Committee for a Responsible Federal Budget

CED Calls on Super Committee to Exceed Its Mandate

Oct 4, 2011

Earlier today, the Committee for Economic Development (CED) released a set of six standards that they believe the Super Committee must follow in order to succeed. CED, a business-led public policy group based in Washington, stated in its press release that the standards were developed by the CED Subcommittee on Fiscal Health and "have the strong endorsement of the two CED Co-Chairmen, Donald K. Peterson, former Chairman and Chief Executive Officer of Avaya Inc., and Roger W. Ferguson Jr., former Federal Reserve Board Vice Chairman." Several other business leaders also endorsed the statement.

The six standards are:

  1. The Committee must reduce the deficit by far more than $1.2 trillion minimum required by the Budget Control Act, at least $4 trillion in total savings will be required to stabilize the debt.
  2. Medicare and Social Security must be on the table and be made sustainable for the long term.
  3. The agreement must include additional tax revenues and fundamental tax reform.
  4. The Committee must achieve substantial savings from non-Medicare, non-Social Security spending, including defense and domestic programs.
  5. The Committee must provide a boost to the struggling U.S. economy, but the effort must be simple and clean.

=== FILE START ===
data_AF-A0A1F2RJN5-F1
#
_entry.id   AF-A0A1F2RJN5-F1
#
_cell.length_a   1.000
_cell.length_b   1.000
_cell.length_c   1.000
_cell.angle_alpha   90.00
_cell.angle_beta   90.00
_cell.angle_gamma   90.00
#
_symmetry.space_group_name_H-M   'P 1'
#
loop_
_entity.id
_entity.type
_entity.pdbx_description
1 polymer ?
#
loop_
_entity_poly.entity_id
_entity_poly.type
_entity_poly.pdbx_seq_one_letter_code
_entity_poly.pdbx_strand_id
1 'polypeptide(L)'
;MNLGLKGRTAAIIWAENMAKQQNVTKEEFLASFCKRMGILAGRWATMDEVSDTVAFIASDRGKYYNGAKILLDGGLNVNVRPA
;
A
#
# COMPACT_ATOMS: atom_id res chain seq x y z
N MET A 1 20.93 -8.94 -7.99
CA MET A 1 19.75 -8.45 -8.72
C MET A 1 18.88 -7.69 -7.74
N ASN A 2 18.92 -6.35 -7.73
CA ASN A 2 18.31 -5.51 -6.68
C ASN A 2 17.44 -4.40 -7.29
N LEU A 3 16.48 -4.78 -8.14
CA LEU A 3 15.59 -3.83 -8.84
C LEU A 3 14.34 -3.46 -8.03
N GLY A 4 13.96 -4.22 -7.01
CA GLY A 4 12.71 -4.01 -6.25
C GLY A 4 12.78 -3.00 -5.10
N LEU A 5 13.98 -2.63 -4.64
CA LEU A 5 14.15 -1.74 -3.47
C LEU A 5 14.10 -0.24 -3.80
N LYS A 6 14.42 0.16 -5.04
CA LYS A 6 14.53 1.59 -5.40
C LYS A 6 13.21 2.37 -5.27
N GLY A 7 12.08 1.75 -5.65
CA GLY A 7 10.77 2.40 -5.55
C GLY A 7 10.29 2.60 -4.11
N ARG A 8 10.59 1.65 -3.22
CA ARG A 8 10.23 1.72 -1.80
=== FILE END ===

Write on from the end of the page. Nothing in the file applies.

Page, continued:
6. The Committee must put together a deficit reduction program with genuine bi-partisan commitment that will withstand political challenge now and in the future.

CED also stated that it would be releasing more specific recommendations on how the these standards can be adhered to in the coming weeks, and that they would be engaged with members of the Committee as well as the voting public in an effort to support the Super Committee's work. Bowman Cutter, co-chair of CED's Fiscal Health Subcommittee and former OMB deputy director, was quoted in the release saying:

The business community understands that it cannot exempt itself from the political and financial pain that deficit reduction may cause. We cannot ask others to bear the necessary burden of reducing the deficit unless the spending programs and tax provisions important to business are put under the same microscope.

We are thrilled to see CED adding its support to the growing call for the Super Committee to GO BIG on deficit reduction, and we applaud them for releasing this set of standards and taking such an active role in supporting the important work of the Super Committee. These six standards would serve as an excellent framework to help the Committee reach agreement on a comprehensive, bipartisan fiscal plan that stabilizes and reduces our debt and puts the U.S. back on a sustainable fiscal path. CED concludes their statement with the following:

Members of the business community understand the threat that a renewed debt crisis would pose to our customers, our employees, and our shareholders alike. All Americans are in this together. Members of Congress who refuse to negotiate in the name of party principle, however sincerely held, will find cold comfort if they cause a financial panic for the “right” reasons.

It is time for our elected leaders to lead, and to find common ground for the national interest that they have sworn to protect.

Click here to read CED's full statement, Six Standards for the Joint Select Committee.

Click here to read CED's press release.